He said he had “little choice” when it came to his destination – he did not have an international passport, just an internal Russian travel document, which allowed him to enter a limited number of countries in the region. Russian is widely spoken in Kazakhstan and there is a sizeable ethnic Russian community, mainly in the north of the country.
“One of my friends almost got into a fight with two Kazakhs on a bus… they were drunk, they approached [my friend] and started asking angry questions about his nationality, what he was doing in the country and so on.” The photographer said another friend was told “to get the fuck out of the country” by a local person of Slavic appearance as they were shopping in a supermarket. But such altercations “were the exception rather than the rule” he added.
Russian arrivals have been advised to avoid certain areas in the south of Kazakhstan, he said where hostility towards newcomers is reportedly higher.
In the Kazakh border town of Uralsk, locals opened their homes to the new arrivals and a local cinema even stayed open all night to give people without other accommodation somewhere to sleep.
But elsewhere, Kazakhs have been picketing the government to close the border. A woman was arrested this month after filming a queue of Russians setting up an account at a local bank, telling them that they were “saboteurs who ran away from mobilisation… What are you doing here? Nobody is happy to see you.”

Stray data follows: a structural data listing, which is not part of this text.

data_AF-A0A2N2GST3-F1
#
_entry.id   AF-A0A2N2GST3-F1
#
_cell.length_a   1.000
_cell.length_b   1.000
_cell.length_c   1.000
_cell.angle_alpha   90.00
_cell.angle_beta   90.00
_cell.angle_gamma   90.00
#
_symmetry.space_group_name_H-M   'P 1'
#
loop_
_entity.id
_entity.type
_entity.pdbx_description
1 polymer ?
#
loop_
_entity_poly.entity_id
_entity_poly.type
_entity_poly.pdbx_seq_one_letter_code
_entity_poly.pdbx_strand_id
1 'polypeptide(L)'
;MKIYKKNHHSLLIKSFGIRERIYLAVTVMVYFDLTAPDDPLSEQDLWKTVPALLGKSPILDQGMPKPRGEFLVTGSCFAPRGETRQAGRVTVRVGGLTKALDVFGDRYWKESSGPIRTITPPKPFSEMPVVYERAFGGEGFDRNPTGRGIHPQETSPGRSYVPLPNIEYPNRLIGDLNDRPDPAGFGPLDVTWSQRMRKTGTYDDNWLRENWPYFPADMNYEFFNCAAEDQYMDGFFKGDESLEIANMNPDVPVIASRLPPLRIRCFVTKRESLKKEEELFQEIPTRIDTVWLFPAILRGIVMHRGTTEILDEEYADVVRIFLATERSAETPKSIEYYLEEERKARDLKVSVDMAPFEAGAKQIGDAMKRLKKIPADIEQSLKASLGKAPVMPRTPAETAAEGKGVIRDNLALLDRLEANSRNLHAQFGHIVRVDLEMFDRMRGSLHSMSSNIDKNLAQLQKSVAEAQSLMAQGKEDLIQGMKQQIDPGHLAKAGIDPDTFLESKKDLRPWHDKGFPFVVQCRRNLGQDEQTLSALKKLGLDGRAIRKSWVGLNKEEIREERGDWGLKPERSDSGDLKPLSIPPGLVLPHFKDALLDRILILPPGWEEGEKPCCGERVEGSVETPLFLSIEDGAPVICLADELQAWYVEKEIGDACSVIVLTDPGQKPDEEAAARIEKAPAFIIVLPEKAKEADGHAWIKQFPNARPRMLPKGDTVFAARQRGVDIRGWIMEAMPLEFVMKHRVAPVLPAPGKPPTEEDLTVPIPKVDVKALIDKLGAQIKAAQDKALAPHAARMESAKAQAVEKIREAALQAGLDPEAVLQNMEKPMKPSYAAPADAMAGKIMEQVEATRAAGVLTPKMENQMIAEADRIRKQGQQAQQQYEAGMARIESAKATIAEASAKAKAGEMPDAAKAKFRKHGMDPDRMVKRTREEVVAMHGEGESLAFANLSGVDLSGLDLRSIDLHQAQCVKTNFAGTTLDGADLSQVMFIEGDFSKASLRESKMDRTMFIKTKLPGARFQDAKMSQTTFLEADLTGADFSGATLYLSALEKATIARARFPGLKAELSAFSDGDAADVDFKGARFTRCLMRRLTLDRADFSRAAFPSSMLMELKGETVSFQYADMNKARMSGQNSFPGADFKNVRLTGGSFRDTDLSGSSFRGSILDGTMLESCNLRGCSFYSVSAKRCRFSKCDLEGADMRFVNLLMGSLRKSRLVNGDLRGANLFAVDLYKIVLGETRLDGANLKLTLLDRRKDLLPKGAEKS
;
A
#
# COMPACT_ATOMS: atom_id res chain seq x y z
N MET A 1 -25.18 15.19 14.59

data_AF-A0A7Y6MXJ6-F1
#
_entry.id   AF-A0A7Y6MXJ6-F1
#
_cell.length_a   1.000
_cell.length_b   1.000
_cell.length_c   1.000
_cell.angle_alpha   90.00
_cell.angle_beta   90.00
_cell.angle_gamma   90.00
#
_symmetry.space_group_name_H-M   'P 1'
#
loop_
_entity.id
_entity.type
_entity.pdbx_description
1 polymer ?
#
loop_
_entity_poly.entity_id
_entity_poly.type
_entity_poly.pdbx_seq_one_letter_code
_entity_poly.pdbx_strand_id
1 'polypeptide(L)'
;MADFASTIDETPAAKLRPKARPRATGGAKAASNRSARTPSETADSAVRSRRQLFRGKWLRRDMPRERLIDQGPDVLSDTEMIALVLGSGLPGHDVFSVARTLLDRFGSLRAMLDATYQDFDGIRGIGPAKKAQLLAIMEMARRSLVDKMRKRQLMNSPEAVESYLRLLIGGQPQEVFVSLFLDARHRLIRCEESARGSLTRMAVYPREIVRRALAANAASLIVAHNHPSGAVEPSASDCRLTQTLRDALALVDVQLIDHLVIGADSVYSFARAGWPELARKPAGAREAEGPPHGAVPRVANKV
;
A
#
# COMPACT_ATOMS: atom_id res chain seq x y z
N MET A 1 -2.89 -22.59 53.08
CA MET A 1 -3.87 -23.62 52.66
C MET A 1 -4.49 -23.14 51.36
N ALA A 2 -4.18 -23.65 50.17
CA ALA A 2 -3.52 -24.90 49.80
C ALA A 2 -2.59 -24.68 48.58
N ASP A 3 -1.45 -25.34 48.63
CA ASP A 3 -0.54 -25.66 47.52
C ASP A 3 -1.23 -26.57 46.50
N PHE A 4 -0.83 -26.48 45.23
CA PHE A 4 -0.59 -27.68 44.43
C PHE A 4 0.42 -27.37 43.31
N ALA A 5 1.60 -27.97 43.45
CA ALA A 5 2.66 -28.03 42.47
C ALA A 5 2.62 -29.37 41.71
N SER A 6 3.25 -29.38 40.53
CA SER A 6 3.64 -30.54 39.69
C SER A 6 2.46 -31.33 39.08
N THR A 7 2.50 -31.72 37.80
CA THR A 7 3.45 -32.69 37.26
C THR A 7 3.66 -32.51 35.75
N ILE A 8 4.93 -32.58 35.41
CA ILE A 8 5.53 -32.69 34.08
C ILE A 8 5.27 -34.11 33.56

One Kazakh told local media: “They are visitors, not refugees. It’s not their war, it’s not their houses being bombed, it’s not them who are forced to leave their destroyed homes.”
“Even ‘liberal’ Russians often treat us as second-class people,” another said in Kyrgyzstan, though others expressed pride that their countries were welcoming people with “kindness and mutual assistance”.
Others, online, have reacted to the irony that many Russians now find themselves dependent on their neighbours.
One widely shared TikTok reversed attitudes that many Central Asian migrants experience when they come to Russia, where apartments are frequently advertised to “people of Slavic appearance only” and immigrants can be mocked for their accented Russian.
“We only hire people with knowledge of the Kyrgyz language,” an apparently unimpressed young woman says in the clip. “No – the apartment’s only available for people of an Asian appearance.”
While the entrepreneur from Moscow we spoke to plans to stay in Uzbekistan only for a few weeks before travelling onto Asia, the photographer is planning to make Kazakhstan his home for the time being, though hopes one day to be able to return to Russia.
He points to the large number of educated professionals, particularly in the IT and creative sectors, who have left Russia to move elsewhere since mobilisation. “This departure will hit Russian culture very hard and enrich the areas in which they settle,” but he admitted there is the risk of “potential tensions” in Central Asia.
“My plan’s to find stable housing, find a remote or local job, and possibly get a residence permit from Kazakhstan,” he said. The Kazakh government says it will not extradite draft dodgers to Russia, but has suggested it will need permission from Moscow before it grants them permanent residency.
“In general the situation is very unstable, I haven’t even unpacked my bags because it’s not clear what’s going to happen tomorrow.”